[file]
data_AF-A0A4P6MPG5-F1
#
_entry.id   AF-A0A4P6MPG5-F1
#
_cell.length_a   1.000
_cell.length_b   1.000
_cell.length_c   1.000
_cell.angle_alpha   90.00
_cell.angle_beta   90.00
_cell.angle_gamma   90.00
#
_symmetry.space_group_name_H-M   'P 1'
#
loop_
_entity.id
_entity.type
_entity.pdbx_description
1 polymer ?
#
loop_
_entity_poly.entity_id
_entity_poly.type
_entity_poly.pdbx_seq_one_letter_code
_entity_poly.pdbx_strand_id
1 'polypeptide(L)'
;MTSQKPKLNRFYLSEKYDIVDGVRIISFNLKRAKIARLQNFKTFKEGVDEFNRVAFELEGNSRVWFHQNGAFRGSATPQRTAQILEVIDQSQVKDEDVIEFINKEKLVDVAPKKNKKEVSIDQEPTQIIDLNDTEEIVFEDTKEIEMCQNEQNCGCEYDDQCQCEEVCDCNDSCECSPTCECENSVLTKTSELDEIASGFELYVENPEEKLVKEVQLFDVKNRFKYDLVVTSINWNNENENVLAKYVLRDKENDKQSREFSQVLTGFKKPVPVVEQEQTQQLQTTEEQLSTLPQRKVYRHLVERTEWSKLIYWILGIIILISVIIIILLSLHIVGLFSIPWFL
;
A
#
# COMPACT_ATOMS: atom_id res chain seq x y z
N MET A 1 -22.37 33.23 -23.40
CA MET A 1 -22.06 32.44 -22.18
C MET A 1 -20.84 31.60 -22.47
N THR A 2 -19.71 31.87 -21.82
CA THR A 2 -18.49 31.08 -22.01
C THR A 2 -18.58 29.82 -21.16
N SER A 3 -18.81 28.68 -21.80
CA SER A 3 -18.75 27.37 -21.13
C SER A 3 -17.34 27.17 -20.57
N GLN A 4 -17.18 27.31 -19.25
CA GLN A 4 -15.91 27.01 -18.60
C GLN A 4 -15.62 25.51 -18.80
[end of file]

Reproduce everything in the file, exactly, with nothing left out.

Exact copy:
data_AF-A0A4P6MPG5-F1
#
_entry.id   AF-A0A4P6MPG5-F1
#
_cell.length_a   1.000
_cell.length_b   1.000
_cell.length_c   1.000
_cell.angle_alpha   90.00
_cell.angle_beta   90.00
_cell.angle_gamma   90.00
#
_symmetry.space_group_name_H-M   'P 1'
#
loop_
_entity.id
_entity.type
_entity.pdbx_description
1 polymer ?
#
loop_
_entity_poly.entity_id
_entity_poly.type
_entity_poly.pdbx_seq_one_letter_code
_entity_poly.pdbx_strand_id
1 'polypeptide(L)'
;MTSQKPKLNRFYLSEKYDIVDGVRIISFNLKRAKIARLQNFKTFKEGVDEFNRVAFELEGNSRVWFHQNGAFRGSATPQRTAQILEVIDQSQVKDEDVIEFINKEKLVDVAPKKNKKEVSIDQEPTQIIDLNDTEEIVFEDTKEIEMCQNEQNCGCEYDDQCQCEEVCDCNDSCECSPTCECENSVLTKTSELDEIASGFELYVENPEEKLVKEVQLFDVKNRFKYDLVVTSINWNNENENVLAKYVLRDKENDKQSREFSQVLTGFKKPVPVVEQEQTQQLQTTEEQLSTLPQRKVYRHLVERTEWSKLIYWILGIIILISVIIIILLSLHIVGLFSIPWFL
;
A
#
# COMPACT_ATOMS: atom_id res chain seq x y z
N MET A 1 -22.37 33.23 -23.40
CA MET A 1 -22.06 32.44 -22.18
C MET A 1 -20.84 31.60 -22.47
N THR A 2 -19.71 31.87 -21.82
CA THR A 2 -18.49 31.08 -22.01
C THR A 2 -18.58 29.82 -21.16
N SER A 3 -18.81 28.68 -21.80
CA SER A 3 -18.75 27.37 -21.13
C SER A 3 -17.34 27.17 -20.57
N GLN A 4 -17.18 27.31 -19.25
CA GLN A 4 -15.91 27.01 -18.60
C GLN A 4 -15.62 25.51 -18.80